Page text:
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Irish employers plan on hiring next year, but tech sector will be ‘cautious’

28 Nov 2022

More than three-quarters of Irish employers surveyed by Hays plan on increasing salaries over the next 12 months.

Nine out of 10 Irish employers plan on hiring over the next year, despite global economic concerns. That’s according to the Hays Salary & Recruiting Trends Guide 2023.

The recruitment company surveyed more than 1,600 employers and professionals across Ireland between 29 August and 26 September 2022.

The survey found that employers are also raising salaries to cover cost-of-living increases. Pay remains the top reason employees moved jobs last year (42pc) and is expected to be the main driver for employee movement in the year ahead (34pc).

Hays found that 84pc of companies have increased their employees’ salaries or rates of pay over the last year, compared to just 56pc that did so the year before. More than half (58pc) said this is a direct result of the rise in the cost of living.

More than three-quarters (79pc) plan on increasing salaries over the next 12 months.

Most of the employers surveyed (72pc) said that they are confident of their company’s performance over the coming year despite current market challenges and apparent difficulties in finding skilled staff.

The vast majority (92pc) of employers said they have experienced skills shortages in the past 12 months. This was almost unchanged from last year’s figure of 91pc.

Talent retention is the biggest internal challenge for 64pc of companies surveyed. Three-quarters of employers are hoping to recruit permanent staff to fill their requirements, with just 28pc wanting temporary staff.

Cautious mood in Irish tech

Maureen Lynch, operations director at Hays Ireland, said that the 2023 guide paints a “brighter picture” despite headlines in recent weeks suggesting economic uncertainty.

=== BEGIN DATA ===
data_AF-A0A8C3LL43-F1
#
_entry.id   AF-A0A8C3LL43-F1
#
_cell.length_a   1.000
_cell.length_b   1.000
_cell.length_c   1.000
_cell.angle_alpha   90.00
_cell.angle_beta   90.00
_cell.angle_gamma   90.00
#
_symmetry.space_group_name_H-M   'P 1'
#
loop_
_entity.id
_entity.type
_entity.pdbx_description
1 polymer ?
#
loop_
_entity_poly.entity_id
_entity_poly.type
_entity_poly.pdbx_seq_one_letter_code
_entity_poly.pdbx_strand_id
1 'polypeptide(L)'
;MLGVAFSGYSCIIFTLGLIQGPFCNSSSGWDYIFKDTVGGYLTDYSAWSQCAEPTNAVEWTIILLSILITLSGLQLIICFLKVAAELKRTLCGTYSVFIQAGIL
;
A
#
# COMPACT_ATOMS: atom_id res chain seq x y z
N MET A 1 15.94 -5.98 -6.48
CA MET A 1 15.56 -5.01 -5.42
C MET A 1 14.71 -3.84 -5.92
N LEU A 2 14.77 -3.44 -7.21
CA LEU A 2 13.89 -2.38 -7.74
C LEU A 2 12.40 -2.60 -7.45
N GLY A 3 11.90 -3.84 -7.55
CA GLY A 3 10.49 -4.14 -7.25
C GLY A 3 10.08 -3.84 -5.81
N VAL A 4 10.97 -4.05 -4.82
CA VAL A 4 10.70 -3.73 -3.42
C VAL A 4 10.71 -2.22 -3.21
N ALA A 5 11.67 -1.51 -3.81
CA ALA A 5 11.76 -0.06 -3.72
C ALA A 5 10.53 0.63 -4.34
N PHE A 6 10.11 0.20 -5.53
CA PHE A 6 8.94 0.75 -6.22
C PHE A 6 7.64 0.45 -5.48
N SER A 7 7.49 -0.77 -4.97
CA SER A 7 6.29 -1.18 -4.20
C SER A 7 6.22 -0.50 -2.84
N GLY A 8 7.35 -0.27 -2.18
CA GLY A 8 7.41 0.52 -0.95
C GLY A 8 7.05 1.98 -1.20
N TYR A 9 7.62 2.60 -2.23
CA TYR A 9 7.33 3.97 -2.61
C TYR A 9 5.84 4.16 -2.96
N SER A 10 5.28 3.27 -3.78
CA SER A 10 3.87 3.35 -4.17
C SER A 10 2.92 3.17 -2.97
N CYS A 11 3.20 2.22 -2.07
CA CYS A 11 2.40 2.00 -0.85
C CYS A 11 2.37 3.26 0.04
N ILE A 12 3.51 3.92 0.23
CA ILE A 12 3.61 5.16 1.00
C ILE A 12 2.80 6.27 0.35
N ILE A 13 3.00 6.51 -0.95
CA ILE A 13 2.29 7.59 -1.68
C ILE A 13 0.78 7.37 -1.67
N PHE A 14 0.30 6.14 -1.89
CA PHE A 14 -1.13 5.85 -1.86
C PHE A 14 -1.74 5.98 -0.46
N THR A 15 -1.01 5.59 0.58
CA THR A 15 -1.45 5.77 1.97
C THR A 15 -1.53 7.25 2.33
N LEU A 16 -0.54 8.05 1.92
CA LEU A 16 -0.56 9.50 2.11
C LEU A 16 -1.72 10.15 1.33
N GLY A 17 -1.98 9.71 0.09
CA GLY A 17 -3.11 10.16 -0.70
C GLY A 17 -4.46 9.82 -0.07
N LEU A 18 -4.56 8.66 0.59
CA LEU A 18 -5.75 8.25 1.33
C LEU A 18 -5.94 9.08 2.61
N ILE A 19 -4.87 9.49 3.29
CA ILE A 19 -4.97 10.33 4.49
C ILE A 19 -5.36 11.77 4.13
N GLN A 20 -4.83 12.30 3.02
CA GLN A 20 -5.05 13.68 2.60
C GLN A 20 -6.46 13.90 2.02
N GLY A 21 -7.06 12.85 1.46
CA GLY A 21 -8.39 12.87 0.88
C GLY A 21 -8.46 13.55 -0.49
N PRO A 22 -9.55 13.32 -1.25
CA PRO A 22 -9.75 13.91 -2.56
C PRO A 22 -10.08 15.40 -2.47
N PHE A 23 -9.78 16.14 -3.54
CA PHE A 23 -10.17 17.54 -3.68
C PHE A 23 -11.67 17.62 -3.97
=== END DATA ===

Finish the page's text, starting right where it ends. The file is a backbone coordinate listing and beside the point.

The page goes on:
“Our data shows that, on balance, employers remain optimistic that 2023 will see further economic and job growth across sectors, including accountancy and finance, engineering and healthcare,” she added.

“However, there is no denying that challenges will persist in the year ahead as employers and employees alike continue to grapple with the rising cost of living and inflation and a more cautious mood in the Irish tech sector.

“Skills shortages remain a persistent problem for employers, the majority of whom have had to increase wages to both attract new talent into the workplace and retain in-demand existing employees. This is a trend that shows no sign of slowing down in the year ahead.”

Last week, the Central Statistics Office published its Labour Force Survey for the third quarter of 2022, which showed continued recovery from the pandemic in Ireland’s labour market. Employment now stands at 2.55m, an increase of approximately 3.4pc over the third quarter of 2021. There were 83,100 jobs created in the first nine months of the year.

While employment is up, Tánaiste and Minister for Enterprise, Trade and Employment Leo Varadkar, TD, acknowledged that people will be affected by the “recent announcements of downsizing in certain tech companies with a presence in Ireland”.

This month, job cuts have been announced by tech players including Twitter, Meta, Stripe and Intercom.

“We will assist any employees affected as they seek alternative employment or other opportunities,” Varadkar added.

“There are well-established statutory processes to protect employees, and we are confident that all national employment rights requirements for consultation and notification of redundancies will be adhered to once decisions on any reductions in employment are made.”

Varadkar also reiterated his earlier statements that no tech companies have “given any indication” that they are considering closing their Irish bases.

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Blathnaid O’Dea
By Blathnaid O’Dea

Blathnaid O’Dea joined Silicon Republic in 2021 as Careers reporter, coming from a background in the Humanities. She likes people, pranking, pictures of puffins – and apparently alliteration.

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